Environmental Management

, Volume 48, Issue 3, pp 568–576 | Cite as

Effective Control of Aquatic Invasive Species in Tropical Australia

  • Stephanie Januchowski-Hartley
  • Jeremy VanDerWal
  • Damon Sydes


Often ecologists and natural resource managers can easily access data on invasive species occurrence across a region. Yet, collecting species abundance data over a large area is arguably more important for decision making, but inherently costly, so methods which can provide robust information at low-cost are particularly valuable. Studies of species distribution often use occurrence data to build models of the environmental niche. Environmental suitability derived from such models may be used to predict the potential distributions of species. The ability of such models to predict spatial patterns in abundance have recently been demonstrated. Here we tested the relationship of environmental suitability with local abundance of an aquatic invasive species, olive hymenachne (Hymenachne amplexicaulis) in the Wet Tropics of Australia. Ordinary least squares and quantile regressions revealed a positive relationship between environmental suitability and local abundance of olive hymenachne. We expand on this and use the relationship between environmental suitability and local abundance to quantify the effectiveness of management (reduction in local abundance) under four different management investments. We show that the upper limit of abundance can be used to evaluate management effectiveness based on varying investments, and that ongoing management is the most effective at reducing local abundance. We discuss implications of this in addressing important problems in invasive species management.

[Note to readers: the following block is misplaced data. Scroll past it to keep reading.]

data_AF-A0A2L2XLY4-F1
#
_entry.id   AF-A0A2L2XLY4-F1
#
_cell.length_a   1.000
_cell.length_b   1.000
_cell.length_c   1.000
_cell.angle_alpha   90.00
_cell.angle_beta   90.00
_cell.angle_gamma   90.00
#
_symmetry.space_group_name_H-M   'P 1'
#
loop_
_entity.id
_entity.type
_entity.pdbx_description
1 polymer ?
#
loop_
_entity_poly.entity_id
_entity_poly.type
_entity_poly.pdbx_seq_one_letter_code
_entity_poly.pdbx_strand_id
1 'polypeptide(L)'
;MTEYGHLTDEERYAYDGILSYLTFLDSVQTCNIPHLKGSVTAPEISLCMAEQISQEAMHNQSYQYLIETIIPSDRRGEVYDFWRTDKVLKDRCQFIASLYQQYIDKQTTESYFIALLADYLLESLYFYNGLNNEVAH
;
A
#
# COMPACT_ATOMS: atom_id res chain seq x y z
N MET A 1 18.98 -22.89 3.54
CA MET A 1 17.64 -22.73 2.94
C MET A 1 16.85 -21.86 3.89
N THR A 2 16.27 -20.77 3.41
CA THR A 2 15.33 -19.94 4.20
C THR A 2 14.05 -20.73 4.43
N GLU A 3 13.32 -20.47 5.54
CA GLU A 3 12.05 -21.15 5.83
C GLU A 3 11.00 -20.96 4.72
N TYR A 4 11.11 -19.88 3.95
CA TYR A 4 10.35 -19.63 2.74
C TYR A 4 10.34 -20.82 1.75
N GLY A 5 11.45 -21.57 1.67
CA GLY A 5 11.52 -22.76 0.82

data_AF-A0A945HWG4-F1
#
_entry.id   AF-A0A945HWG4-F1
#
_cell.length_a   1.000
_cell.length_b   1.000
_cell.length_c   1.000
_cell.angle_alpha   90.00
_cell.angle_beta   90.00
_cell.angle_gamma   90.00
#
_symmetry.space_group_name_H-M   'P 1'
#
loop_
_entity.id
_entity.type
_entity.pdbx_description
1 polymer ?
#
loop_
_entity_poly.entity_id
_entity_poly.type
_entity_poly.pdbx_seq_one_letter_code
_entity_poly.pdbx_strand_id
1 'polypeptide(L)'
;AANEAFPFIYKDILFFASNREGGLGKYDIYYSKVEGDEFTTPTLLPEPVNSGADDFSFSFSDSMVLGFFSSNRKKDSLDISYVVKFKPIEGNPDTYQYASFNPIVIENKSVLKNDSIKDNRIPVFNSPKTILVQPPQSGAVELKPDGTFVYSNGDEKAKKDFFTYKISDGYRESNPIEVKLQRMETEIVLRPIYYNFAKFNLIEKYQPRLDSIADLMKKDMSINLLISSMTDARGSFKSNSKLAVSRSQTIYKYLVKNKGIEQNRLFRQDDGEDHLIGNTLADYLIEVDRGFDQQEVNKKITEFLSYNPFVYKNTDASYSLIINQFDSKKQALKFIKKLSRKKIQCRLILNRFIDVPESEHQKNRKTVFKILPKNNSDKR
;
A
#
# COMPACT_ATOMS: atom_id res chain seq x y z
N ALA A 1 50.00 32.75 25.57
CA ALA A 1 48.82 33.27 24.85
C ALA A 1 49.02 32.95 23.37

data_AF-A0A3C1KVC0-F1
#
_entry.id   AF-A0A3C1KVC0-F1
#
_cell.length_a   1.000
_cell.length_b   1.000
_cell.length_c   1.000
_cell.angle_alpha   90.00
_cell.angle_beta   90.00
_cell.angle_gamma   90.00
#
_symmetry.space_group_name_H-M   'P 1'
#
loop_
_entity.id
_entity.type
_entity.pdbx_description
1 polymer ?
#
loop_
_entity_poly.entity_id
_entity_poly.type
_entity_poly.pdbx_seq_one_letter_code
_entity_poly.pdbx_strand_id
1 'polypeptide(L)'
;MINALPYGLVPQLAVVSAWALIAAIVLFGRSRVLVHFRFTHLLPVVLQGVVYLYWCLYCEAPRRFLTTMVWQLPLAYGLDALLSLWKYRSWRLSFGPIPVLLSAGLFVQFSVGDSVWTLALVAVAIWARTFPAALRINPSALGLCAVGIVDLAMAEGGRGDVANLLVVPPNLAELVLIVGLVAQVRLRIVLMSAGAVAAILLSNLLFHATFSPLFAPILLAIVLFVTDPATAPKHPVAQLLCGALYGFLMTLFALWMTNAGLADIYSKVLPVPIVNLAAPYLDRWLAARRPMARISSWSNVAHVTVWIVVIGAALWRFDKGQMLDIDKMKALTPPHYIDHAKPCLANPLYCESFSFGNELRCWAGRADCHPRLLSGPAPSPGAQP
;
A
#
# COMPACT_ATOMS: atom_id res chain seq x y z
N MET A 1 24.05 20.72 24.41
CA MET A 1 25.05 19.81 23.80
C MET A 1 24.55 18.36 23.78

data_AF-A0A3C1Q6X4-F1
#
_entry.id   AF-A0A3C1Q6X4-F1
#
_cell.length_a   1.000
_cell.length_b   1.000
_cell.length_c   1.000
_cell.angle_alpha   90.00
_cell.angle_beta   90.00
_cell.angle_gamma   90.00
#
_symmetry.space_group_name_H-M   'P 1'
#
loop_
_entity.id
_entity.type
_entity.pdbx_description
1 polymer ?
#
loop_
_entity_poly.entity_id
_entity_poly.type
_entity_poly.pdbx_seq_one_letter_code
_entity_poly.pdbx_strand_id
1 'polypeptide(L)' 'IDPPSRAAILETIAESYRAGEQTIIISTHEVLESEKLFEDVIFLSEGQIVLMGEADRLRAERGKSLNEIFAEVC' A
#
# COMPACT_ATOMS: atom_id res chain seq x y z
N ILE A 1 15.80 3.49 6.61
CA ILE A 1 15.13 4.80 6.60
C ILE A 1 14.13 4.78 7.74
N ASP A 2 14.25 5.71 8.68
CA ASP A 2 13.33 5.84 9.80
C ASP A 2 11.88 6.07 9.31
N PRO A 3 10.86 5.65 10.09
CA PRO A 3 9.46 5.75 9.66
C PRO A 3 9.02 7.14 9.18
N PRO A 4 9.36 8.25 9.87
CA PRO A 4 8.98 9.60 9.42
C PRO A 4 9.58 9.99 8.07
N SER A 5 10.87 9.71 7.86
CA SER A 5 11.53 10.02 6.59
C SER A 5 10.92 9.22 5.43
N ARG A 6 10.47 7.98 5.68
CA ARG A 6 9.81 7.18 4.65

Abundance Ecological niche model Environmental suitability Hymenachne amplexicaulis Linear quantile regression Management effectiveness 


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Copyright information

© Springer Science+Business Media, LLC 2011

Authors and Affiliations

  • Stephanie Januchowski-Hartley
    • 1
    • 2
  • Jeremy VanDerWal
    • 3
  • Damon Sydes
    • 4
  1. 1.Australian Research Council Centre of Excellence for Coral Reef StudiesJames Cook UniversityTownsvilleAustralia
  2. 2.School of Marine and Tropical BiologyJames Cook UniversityTownsvilleAustralia
  3. 3.Centre for Tropical Biodiversity and Climate Change, School of Marine and Tropical BiologyJames Cook UniversityTownsvilleAustralia
  4. 4.Cassowary Coast Regional CouncilInnisfailAustralia

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